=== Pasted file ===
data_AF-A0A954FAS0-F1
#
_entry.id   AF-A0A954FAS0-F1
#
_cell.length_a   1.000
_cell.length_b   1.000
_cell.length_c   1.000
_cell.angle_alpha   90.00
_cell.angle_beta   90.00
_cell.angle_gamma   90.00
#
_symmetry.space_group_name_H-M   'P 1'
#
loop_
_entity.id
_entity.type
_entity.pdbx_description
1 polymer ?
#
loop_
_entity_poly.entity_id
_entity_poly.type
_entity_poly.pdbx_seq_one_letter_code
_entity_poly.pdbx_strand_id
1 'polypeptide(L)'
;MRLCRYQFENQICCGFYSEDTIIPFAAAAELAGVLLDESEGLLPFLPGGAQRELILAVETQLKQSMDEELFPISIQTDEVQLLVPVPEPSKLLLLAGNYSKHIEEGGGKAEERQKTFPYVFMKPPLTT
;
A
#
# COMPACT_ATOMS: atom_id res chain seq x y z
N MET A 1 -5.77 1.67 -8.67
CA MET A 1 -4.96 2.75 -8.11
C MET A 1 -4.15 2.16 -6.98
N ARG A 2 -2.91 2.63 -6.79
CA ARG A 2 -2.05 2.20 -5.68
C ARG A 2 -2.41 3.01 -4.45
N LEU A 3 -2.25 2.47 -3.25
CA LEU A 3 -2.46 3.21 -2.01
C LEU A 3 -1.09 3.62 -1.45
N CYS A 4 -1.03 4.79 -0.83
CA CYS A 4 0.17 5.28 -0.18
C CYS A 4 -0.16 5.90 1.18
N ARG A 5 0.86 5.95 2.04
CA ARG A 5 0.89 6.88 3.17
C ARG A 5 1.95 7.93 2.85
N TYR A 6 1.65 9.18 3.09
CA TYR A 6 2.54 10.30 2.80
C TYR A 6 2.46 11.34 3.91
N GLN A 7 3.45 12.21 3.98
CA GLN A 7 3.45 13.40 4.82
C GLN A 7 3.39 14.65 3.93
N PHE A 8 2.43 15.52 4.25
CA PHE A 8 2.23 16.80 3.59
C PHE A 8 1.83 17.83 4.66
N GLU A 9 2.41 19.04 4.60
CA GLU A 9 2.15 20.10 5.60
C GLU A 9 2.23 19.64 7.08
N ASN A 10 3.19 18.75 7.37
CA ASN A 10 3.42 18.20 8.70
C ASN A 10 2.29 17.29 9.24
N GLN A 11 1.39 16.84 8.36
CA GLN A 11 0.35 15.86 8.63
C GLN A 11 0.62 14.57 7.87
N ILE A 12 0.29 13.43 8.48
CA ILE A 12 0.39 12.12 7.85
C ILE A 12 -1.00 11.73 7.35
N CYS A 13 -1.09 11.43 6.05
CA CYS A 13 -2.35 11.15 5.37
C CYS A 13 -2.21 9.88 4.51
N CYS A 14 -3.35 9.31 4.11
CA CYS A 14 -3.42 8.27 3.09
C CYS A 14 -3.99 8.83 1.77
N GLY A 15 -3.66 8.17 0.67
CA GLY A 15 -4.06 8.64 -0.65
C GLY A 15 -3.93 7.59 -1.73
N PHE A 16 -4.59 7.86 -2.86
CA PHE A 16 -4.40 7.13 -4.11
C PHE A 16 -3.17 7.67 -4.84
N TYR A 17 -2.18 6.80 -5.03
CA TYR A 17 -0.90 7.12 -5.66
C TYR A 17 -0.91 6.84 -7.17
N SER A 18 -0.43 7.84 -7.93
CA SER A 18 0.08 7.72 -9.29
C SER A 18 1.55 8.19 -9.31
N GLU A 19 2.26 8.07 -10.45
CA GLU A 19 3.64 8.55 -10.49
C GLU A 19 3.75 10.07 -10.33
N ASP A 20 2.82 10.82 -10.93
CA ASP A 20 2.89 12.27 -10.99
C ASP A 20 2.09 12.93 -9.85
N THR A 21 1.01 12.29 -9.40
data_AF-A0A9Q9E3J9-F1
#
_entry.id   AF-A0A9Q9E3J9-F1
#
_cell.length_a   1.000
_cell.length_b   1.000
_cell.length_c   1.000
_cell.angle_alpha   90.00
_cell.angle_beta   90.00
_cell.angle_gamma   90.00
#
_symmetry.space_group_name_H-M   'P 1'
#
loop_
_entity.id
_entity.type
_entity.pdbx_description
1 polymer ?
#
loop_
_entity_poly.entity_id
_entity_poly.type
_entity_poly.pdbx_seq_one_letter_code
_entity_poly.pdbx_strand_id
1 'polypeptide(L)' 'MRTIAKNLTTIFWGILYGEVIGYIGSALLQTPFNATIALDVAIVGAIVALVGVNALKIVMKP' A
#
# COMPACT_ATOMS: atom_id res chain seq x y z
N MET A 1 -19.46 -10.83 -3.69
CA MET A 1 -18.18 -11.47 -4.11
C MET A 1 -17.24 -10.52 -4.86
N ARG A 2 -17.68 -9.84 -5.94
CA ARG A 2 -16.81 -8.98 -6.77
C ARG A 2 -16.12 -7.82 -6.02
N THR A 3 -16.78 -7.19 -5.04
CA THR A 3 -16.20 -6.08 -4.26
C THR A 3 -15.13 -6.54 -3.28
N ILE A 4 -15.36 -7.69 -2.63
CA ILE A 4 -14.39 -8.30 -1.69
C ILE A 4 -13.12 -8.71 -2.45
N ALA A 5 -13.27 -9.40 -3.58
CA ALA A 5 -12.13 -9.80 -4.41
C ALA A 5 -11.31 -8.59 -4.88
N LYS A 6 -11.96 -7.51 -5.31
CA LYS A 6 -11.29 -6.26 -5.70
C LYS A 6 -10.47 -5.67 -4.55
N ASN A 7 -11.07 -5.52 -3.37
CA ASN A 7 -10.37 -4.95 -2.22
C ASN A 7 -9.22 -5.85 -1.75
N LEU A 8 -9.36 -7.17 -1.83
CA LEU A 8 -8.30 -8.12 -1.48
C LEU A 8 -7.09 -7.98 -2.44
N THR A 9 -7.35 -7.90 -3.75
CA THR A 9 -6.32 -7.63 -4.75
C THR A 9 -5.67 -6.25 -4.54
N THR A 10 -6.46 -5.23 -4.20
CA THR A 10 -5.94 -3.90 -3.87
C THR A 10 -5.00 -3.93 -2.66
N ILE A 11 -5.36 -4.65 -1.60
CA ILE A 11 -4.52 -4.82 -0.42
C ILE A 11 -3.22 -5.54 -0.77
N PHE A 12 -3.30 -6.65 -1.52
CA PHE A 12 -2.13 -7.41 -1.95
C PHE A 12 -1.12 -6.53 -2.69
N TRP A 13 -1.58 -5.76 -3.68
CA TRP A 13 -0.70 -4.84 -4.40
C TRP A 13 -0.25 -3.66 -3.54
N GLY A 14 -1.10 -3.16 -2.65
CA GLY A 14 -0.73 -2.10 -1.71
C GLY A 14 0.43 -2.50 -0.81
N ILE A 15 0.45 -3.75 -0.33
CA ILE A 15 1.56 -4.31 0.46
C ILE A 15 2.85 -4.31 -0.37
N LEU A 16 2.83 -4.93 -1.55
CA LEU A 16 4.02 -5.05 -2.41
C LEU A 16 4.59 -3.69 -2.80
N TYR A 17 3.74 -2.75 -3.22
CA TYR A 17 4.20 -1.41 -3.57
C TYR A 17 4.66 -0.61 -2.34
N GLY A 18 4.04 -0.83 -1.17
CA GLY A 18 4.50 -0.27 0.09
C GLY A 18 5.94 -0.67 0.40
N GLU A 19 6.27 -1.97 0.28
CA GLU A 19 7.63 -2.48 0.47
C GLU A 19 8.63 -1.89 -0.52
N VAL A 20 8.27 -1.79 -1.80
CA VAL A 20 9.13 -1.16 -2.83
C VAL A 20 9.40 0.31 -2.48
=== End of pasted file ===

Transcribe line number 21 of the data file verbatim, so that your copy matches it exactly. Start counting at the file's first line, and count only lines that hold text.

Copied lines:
_entity_poly.entity_id